A recent article by Paul Rosenberg in Salon contends that Paul Ryan, the Republican congressman from Wisconsin and erstwhile running mate of Mitt Romney, exhibits many of the hallmarks of a psychopath. Rosenberg claims that Ryan is “arrogant, manipulative, deceitful, and remorseless.” Whether Ryan is guilty of any or all of these sins or not, they seem to fit the bill of another prominent figure in Washington, DC: Barack Obama. Is the president a psychopath?
The president certainly has shown arrogant tendencies. In the days after his first inauguration he spurned the Republicans and tried to transform the healthcare industry from the White House. Heck, he didn’t even ask for all that much input from the congressional leadership of his own party!
Obama’s arrogant behavior hardly ended in 2009. In his last State of the Union, the president proudly declared that he had “a pen and a phone” and that he would go over the head of the Congress whenever it got in his way. If that isn’t arrogance, I don’t know what is!
Barack Obama has also proven to be a capable manipulator. He has a firmer control over his media image than most politicians in recent memory. As an article in Politico describes, “President Barack Obama is a master at limiting, shaping and manipulating media coverage of himself and his White House.”
For remorselessness we need go no further than that same promise. When confronted with his lie, the president tried to get out of it by saying, “What we said was you can keep it if it hasn’t changed since the law passed.” Apart from that second statement being a lie in itself, it shows a clear lack of remorse for his shameless misleading of the American people.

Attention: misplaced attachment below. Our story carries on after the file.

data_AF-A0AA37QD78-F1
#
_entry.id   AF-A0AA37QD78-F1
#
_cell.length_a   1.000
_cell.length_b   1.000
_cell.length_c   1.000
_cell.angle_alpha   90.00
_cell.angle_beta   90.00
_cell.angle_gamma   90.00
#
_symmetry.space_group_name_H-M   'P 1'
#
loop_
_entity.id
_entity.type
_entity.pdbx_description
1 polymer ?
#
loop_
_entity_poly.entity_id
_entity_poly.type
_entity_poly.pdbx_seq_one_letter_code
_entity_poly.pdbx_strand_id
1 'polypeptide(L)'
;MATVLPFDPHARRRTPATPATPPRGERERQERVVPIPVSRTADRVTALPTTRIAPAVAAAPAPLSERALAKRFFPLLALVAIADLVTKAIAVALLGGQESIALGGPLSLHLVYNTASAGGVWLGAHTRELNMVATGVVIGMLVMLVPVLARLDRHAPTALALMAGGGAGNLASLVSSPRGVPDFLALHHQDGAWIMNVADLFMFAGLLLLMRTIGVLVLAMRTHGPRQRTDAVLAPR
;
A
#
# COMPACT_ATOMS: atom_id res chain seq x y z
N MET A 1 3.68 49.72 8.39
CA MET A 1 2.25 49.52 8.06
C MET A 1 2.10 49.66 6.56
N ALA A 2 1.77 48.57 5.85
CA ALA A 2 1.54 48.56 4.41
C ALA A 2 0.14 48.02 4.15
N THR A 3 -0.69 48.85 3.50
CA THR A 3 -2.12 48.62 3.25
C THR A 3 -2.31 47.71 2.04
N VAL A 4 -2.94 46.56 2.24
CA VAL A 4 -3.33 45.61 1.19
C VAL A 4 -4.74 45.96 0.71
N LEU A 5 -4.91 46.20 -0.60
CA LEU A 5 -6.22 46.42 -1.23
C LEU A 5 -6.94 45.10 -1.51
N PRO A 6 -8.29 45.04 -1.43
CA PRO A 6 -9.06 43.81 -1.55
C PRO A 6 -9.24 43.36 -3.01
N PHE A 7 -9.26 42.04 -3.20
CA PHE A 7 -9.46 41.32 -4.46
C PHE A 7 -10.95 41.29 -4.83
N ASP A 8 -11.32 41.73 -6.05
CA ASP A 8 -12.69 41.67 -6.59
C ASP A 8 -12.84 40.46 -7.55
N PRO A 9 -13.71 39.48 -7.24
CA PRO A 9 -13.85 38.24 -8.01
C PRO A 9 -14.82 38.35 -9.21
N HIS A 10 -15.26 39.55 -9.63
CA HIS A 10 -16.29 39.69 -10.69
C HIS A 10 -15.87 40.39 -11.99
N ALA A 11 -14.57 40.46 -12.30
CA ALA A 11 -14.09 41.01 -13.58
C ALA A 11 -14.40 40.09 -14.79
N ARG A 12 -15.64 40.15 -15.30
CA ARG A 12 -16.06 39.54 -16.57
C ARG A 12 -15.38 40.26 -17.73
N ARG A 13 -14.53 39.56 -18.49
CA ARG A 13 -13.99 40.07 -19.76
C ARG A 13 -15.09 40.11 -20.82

Does any of this prove Barack Obama is a psychopath? Rosenberg answers this question himself when he admits that “it’s impossible to clinically diagnose someone from a distance.” Yet Rosenberg is perfectly confident to assert in the very same breath that he believes, “a good case can be made that Ryan has exhibited classic signs of psychopathic traits.” Well, the same, if not a better, case can be made that Barack Obama has exhibited those same classic signs.
But there’s another name for a person who obfuscates issues, goes back on promises and positions, and behaves opportunistically and manipulatively: a politician. What Rosenberg describes isn’t psychopathy, it’s politics in action. All calling such people psychopaths accomplishes is giving one more dirty name to an already dirty business.
The problem Rosenberg suffers from is not uncommon among the torchbearers of the fire-breathing political left: he believes that the people who disagree with his political views are essentially, to use some of his own words, “racists” and “con artists.” He sees evil intention where there is, in fact, just honest disagreement of opinion.
Perhaps Rosenberg should ask real questions, rather than resort to name-calling. Who knows, people might even start to take him seriously.